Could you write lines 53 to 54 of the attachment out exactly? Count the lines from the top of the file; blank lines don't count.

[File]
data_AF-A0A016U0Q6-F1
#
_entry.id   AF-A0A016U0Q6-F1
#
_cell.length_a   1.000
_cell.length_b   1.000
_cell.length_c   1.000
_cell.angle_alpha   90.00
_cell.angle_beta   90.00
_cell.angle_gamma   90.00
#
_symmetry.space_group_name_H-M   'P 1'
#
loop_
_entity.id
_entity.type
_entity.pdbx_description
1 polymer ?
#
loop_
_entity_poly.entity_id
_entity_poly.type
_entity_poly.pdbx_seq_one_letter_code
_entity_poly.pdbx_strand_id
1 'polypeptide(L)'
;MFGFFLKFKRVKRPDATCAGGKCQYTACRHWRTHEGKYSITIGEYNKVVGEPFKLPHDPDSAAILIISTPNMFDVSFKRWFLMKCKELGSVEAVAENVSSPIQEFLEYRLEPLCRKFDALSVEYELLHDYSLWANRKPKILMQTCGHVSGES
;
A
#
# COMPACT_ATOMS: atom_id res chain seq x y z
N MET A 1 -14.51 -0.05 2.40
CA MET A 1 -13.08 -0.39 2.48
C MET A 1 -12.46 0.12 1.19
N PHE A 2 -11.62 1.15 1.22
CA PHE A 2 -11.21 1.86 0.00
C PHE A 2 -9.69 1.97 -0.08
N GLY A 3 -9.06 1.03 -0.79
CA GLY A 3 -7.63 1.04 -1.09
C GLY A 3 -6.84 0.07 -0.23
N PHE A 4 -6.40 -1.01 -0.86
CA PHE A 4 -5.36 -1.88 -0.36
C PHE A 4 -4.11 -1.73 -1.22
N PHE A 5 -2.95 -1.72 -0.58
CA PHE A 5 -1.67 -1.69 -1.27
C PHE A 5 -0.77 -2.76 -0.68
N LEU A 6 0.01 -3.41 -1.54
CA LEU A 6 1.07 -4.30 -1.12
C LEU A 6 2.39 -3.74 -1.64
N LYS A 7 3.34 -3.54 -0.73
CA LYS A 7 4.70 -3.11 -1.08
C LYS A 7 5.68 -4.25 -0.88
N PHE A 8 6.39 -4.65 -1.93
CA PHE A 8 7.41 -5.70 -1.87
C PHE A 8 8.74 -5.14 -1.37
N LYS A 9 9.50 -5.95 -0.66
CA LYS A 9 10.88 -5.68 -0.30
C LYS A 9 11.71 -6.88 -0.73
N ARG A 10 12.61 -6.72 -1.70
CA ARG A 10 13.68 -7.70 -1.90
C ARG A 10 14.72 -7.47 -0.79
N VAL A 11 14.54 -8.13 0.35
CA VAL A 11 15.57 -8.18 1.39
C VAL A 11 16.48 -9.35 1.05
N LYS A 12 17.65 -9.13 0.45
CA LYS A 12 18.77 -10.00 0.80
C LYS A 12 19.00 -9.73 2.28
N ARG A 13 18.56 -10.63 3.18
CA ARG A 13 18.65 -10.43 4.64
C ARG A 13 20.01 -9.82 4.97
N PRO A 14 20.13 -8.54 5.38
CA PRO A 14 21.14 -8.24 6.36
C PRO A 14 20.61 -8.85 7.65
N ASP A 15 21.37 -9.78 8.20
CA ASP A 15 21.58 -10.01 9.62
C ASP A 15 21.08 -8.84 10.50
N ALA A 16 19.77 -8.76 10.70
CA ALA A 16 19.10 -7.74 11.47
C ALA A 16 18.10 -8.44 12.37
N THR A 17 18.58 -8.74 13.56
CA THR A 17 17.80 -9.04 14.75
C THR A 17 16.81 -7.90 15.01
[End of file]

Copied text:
CA PHE A 8 7.41 -5.70 -1.87
C PHE A 8 8.74 -5.14 -1.37